No amount of champagne, cakes or booze-fuelled parties can mask the reality of the what the ANC has become.
Showers late. More sun than clouds. Cool.
Bloemfontein - On Sunday, I was late and bedraggled getting to the ANC
conference, dragging my suit-case and looking every bit the flustered female.
The plenary sessions, where all the action is, are held in a huge and beautiful
tent bedecked in flowing green, black and gold.
It's hot as hell in there but it is lovely with stepped platforms, chandeliers
and big screen TV screens so you can see what's happening on-stage no matter
where you sit. A kind young marshall took pity on me and grabbed my
suit-case, escorted me in and put me in the middle of the Kwa-Natal delegation
to find a perch.
It is the delegation with the highest number of delegates at the conference -
Jacob Zuma's army if you like. It was a good vantage point from which to
take a look at the president from an angle we don't inspect often enough.
Yet it offered every explanation for why Zuma will triumph this week and
why the ANC will keep winning elections.
The delegation was not militant, as I had expected from experience reporting
the party's conference at Polokwane in 2007 where they, like Zuma, felt under
siege. The split was about six men out of every ten delegates;
largely black with a sprinkle of highly vocal Indian loyalists. I spotted
a single white woman wearing ANC colours. The women in the delegation
looked like they role-modeled their image on various of the Zuma wives and
seemed as smitten with the president as the first ladies.
Nobody sang "Awulethu 'Mshiniwami", the militant presidential anthem,
but as Zuma entered the tent and started speaking, the aisles rocked in
peace-time song and two fingers were raised in the symbol for a second term.
The delegates looked prosperous in the way of a new middle-class, not glossy
like an elite, but like a generation with a bit more than their parents. Most
had phones, lap-tops and conference apparel from ANC green fans, to dashikis
featuring Zuma's image and the official conference golf shirts. These are
people with ANC in the marrow. And who see their rising prosperity as a
function of their government and president.
I guess that most of the people here who are employed, work in the state. The
ANC, under Zuma, has significantly boosted public sector jobs and there is lots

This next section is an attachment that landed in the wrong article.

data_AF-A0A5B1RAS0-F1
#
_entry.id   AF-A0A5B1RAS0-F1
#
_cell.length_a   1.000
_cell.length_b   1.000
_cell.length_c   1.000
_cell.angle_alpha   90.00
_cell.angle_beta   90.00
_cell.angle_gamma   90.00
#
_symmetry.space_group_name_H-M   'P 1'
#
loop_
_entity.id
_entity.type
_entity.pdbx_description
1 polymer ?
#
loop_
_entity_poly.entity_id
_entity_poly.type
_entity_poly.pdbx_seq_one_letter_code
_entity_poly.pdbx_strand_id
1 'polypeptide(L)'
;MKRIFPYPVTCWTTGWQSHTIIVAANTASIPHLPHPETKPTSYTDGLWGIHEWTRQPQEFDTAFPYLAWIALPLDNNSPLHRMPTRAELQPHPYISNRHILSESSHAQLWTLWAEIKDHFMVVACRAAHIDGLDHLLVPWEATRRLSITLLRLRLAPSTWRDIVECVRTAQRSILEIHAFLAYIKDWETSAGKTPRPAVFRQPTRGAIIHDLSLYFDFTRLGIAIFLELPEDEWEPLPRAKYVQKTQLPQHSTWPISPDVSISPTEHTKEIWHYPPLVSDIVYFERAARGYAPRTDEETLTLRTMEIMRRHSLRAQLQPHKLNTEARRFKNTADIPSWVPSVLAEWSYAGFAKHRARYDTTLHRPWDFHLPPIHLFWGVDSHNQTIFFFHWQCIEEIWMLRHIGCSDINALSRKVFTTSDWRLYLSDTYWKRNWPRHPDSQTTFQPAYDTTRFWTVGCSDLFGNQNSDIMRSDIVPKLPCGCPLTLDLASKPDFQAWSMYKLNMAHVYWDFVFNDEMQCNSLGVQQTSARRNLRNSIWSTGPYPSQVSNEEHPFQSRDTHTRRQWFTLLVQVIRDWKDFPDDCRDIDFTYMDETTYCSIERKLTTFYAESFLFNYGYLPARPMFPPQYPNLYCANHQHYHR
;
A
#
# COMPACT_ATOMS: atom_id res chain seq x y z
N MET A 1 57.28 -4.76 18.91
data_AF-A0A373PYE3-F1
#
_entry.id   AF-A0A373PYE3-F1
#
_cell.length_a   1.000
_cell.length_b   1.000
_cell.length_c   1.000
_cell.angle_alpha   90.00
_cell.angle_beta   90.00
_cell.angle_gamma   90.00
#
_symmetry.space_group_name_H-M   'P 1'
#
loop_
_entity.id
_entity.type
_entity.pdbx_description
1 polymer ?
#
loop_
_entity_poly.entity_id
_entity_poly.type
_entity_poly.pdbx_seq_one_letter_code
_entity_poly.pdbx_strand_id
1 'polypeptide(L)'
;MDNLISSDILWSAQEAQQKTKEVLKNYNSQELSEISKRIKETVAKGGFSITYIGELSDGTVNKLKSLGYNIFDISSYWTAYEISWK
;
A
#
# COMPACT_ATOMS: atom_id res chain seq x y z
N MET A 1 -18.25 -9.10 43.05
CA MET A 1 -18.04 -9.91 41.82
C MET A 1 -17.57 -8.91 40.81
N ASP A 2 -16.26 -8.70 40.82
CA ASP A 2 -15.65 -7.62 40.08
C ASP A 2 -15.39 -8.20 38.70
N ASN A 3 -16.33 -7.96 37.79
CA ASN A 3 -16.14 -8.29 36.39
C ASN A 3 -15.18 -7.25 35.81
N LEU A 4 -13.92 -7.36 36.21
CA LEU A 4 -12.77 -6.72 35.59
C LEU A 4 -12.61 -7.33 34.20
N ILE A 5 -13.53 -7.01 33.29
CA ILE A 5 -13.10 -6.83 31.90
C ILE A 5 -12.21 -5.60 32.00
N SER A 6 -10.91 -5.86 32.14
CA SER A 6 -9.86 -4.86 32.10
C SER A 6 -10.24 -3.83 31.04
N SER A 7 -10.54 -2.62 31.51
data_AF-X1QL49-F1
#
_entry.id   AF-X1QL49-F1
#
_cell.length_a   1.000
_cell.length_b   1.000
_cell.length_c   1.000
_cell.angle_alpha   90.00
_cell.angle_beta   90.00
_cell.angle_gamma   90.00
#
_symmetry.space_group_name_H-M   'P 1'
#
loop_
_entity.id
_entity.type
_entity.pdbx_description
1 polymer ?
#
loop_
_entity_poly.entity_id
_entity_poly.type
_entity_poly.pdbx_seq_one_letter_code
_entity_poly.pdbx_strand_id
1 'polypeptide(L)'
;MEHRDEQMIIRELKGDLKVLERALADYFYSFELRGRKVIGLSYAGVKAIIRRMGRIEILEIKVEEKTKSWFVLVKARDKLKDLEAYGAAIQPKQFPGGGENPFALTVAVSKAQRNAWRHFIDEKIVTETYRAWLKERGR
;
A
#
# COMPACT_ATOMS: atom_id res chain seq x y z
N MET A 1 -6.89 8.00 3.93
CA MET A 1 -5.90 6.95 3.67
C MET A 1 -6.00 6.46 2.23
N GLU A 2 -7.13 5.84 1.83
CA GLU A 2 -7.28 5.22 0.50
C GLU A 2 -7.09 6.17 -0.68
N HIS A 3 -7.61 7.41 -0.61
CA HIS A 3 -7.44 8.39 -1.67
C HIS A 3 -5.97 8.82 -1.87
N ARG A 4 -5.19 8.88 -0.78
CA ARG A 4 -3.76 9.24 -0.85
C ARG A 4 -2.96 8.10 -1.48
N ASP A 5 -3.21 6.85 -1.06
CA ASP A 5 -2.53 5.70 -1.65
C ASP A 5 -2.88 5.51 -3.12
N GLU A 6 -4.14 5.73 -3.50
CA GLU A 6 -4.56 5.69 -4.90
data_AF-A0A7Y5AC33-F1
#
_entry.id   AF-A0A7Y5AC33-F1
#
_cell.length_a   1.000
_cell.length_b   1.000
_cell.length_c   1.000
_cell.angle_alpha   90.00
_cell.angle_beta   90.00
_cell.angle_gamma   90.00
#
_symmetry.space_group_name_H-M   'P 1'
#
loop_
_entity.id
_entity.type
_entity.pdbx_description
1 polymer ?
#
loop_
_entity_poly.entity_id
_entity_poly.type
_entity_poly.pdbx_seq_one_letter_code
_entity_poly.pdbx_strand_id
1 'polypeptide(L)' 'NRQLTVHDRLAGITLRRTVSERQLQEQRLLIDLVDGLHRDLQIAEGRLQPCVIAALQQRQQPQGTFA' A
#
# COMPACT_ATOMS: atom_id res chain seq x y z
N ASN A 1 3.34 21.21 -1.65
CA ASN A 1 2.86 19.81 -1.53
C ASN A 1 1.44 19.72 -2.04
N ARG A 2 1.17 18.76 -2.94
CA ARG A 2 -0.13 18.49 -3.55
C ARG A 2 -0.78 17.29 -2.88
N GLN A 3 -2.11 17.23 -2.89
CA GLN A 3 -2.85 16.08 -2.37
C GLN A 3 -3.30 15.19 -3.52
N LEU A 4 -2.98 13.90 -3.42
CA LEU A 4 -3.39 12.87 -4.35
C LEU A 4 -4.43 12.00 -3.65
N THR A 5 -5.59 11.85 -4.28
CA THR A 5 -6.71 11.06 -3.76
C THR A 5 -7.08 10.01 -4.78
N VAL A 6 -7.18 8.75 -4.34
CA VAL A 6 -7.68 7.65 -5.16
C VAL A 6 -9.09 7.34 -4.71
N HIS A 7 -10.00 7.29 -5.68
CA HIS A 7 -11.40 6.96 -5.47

more to come as the public works programme grows and the infrastructure
building plans start.
If it happens and is executed well, the infrastructure plans will weather-proof
the 2014 election for the governing party.
Zuma is not the world's best speaker, so even here in his most loyal seats,
people nodded off as he picked his way through a technocrat's political report.
It was not a populist report but they dutifully clapped at his promise of
jobs and more free education. While we in the chattering classes
may pick apart the speech for meaning, for the bulk of the delegates here,
the importance lies not in what Zuma says, but what he is: one of them, a
man made good, the expression of their potential. A love-brand in marketing
So, the meta-narrative we in the media and political analyst classes speak - of
decline, corruption, failure - gets no traction in these seats, possibly because
the experience of the president and the party is different depending on your
life circumstance and political history. Here, there is a different
consensus: the ANC has its problems, but it's not doing badly at all.
And, yes, the President may be building himself a sprawling estate, but what's
the problem with that? It may be yet another symbol of realisable aspiration,
just as Zuma himself is.
24.com publishes all comments posted on articles provided that they adhere to our Comments Policy. Should you wish to report a comment for editorial review, please do so by clicking the 'Report Comment' button to the right of each comment.
These drivers have some unconventional training methods to prep for F1.
Even princess's need help! Kate shares her struggles with early motherhood.
Baby Archie’s secret godparents have been unmasked.
Popular racing series returns to Netflix this February.
But why do women who fight back get backlash?
Over 120 000 trees will be used to create The Great Labyrinth of Africa.
It's all thanks to Pantone's colour of the year.
A SA favourite makes it into the trolley of Hollywood A-listers.
Cape Townemerge R580 000.00 - R620 000.00 Per Year
Cape Town Southern Suburbs1st Contact T/A Sable International
Cape TownemergeR600 000.00 - R700 000.00 Per Year
R 13 950
R 1 195 000
Apartments / Flats
R 9 400
We subscribe to the Press Code.
You choose what you want
News24 on Android
Get the latest from News24 on your Android device.
Terms and Conditions
24.com Terms and Conditions - Updated April 2012
Creating your profile will enable you to submit photos and stories to get published on News24.
This username must be unique, cannot be edited and will be used in the URL to your profile page across the entire 24.com network.